It was two years ago amid the fallout from the global financial crisis that Best Buy CEO Brian Dunn took the reins of Earth’s largest CE retailer.
His first order of business, akin to catching falling knives, was managing the aggressive growth plans that had been put into place both here and abroad before the world economy buckled.
But faced with unprecedented competition online that was fomented by the very technology his company sells, Dunn also launched a laundry list of initiatives to leverage the retailer’s formidable multichannel capabilities and ensure its leadership in a connected world.
Throughout the challenges the one-time sales associate has maintained a shirt-sleeve management style borne of his days on the store floor, which has endeared him to his 180,000 far-flung employees. The affection was evident during a recent store visit when Blue Shirts vied for a chance to be photographed with their chief executive.
Dunn’s no-nonsense manner extends to his unassuming corner office, where he shared with TWICE his vision for Best Buy in the brave new world of price transparency, online efficacy and an always connected consumer. — Alan Wolf
How is Best Buy addressing market share gains by online-only retailers?
For me it isn’t a question of Internet vs. brickand- mortar — it’s Internet and brick-and-mortar. I do not believe that physical alone is going to be enough, nor do I believe that digital alone will suffice. It is how those things come together, and that’s how people are living today.
influences 60 percent of the time we ring the register in the store. The customer’s been to
and done some research, taken a look at what’s available, and increasingly we see that being important.
I’ll give you an example of something we’re selling right now: “Batman Arkham City” launched last month, and Best Buy has exclusive content. We have a Robin fight game and we have a couple of exclusive maps, so if customers pre-ordered the gaming disc from us, they got the code for a download for that additional content. Increasingly we’re going to see physical and digital interacting.
I hear the statement all the time that “Boy, the Internet is going to devour the entire physical world.” I simply don’t believe that. I believe people want to see the television screens they’re going to be enjoying in their homes. I believe people like to see the different phones side by side and decide which smartphone is the best phone for them. They like to see the form factor of the computers.
There are times and places where a digital transaction lickety-split will solve the day. There are also times when only a physical interaction with the product is going to be able to answer the questions or create the set of solutions that you’re going to want.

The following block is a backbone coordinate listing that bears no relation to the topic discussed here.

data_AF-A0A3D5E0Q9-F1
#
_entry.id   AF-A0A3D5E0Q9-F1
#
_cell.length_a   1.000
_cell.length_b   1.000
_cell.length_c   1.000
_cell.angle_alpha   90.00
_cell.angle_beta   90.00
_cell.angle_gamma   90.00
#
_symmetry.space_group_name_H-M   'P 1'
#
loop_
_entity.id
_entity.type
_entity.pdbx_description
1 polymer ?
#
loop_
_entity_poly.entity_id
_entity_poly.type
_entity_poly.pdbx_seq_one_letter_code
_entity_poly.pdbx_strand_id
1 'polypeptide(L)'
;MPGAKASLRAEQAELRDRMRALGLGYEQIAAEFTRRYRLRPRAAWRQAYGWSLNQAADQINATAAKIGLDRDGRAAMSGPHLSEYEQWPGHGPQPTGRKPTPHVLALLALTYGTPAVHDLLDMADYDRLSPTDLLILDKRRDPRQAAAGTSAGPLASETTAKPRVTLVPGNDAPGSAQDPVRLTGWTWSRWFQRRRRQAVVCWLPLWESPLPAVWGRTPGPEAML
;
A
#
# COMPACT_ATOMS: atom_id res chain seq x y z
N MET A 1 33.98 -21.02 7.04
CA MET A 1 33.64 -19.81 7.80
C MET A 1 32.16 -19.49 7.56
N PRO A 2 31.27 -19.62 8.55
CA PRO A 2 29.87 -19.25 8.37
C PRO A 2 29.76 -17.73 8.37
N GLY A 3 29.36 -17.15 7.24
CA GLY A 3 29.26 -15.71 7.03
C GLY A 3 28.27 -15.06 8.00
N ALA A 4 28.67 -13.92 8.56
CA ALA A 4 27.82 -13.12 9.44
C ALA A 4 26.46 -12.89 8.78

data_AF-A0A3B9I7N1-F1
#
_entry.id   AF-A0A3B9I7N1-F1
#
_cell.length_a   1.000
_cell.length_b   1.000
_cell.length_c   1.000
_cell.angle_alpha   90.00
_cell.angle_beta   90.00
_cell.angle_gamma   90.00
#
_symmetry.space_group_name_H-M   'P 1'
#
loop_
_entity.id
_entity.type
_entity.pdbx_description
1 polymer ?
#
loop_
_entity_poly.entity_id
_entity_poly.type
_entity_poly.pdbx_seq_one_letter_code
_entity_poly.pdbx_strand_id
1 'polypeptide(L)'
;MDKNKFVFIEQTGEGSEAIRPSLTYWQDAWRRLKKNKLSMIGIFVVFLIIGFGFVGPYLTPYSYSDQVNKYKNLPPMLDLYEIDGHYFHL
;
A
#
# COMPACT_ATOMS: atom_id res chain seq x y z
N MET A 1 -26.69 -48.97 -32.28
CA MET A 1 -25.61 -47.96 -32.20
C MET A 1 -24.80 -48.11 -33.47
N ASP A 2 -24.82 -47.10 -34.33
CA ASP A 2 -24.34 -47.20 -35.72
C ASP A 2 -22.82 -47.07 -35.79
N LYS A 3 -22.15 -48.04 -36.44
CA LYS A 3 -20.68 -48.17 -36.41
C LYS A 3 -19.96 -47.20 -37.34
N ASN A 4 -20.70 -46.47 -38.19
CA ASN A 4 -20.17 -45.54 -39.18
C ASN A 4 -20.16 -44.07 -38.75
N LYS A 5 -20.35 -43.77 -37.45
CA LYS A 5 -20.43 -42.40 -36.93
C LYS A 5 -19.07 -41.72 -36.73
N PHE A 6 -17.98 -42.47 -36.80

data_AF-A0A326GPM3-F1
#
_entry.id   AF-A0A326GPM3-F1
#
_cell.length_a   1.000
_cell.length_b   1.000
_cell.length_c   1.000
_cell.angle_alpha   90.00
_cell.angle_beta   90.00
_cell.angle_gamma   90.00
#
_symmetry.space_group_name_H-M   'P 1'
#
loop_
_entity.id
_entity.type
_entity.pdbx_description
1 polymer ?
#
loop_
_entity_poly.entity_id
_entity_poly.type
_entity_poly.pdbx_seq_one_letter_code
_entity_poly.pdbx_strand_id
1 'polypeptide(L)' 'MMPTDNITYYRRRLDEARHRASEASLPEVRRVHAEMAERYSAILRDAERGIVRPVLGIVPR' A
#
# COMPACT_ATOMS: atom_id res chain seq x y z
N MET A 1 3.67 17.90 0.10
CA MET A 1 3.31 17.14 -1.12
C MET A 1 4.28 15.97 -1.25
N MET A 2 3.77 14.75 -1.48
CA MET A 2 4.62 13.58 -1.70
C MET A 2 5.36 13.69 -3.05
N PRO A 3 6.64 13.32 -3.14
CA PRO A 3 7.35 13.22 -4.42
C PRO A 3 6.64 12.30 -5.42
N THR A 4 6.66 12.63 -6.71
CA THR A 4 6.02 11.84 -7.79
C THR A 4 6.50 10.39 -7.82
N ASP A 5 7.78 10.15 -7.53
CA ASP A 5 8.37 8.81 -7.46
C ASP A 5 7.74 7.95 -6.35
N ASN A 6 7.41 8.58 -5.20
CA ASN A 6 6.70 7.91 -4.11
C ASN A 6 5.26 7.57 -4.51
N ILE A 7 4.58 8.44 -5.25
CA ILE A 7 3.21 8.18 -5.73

What’s the ideal channel mix for Best Buy?
I don’t have a hard number in my head. I certainly have targets for online, on-phone, in the store — for all the various channels we have. But I really think it’s for the customer to determine what they want, where they want it, and how they get it.
Our job is to be where the customer needs us to be, and the best way to do that is to be where they are. And that’s what we’re doing. That’s why you see us doing work with Facebook, that’s why you see our presence on Twitter, that’s why you see our network of stores you know so well, and that’s why dot-com’s so important. We even have a media network now, Best Buy On, where we present information and advertising.
How do you contend with smartphone price comparison apps?
Increasingly you will find us priced competitively with pure-play retailers on the SKUs we carry in our stores. Our initial position has always been that we are always there on any physical prices, and increasingly we are expanding that so that we are more actively engaged with online and sharpening our pricing there, and you will continue to see us drive better and sharper pricing in all the channels we play in.
We’ve done a couple of things. We launched Marketplace this year, which allows us to bring different providers in through
and has allowed us to get even sharper on pricing, [while] our extended SKU assortment and our supplier direct fulfillment has allowed us to broaden the range of offerings.
How will you continue to get footprints in the stores now that traditional traffic drivers like physical music and movie media are fading?
We have over a billion customer visits a year between online and in our stores, and one of the challenges we face is with the deterioration of sales of physical music, the shiny discs. What do we do in place?
What you’ve seen us do in the center of our store is roll out things like Best Buy Mobile, like our digital imaging boats, like our gaming solution now. Increasingly, Best Buy is becoming a sort of digital playground, and I think that we find that to be very, very compelling for our future because while some of the technologies that have been central to this industry for a long time — physical media as an example — are fading, digital’s exploding. And we’re just getting started with what we’re going to be able to do with digital media and digital technologies.
So we are very much making our store an experiential place where people can explore, touch, feel and play with the products.
How does the new connected store format support that?
It sounds so trite, it’s so obvious, but consumers are really gravitating toward “How do I test drive these connected technologies?”
One of the demonstration areas we have set up in our connected stores is the Samsung AllShare model, where you can distribute from the phone to the tablet to the television screen. You can’t go into one of those stores and not find a customer who’s playing with that and is really impressed with how you distribute that content.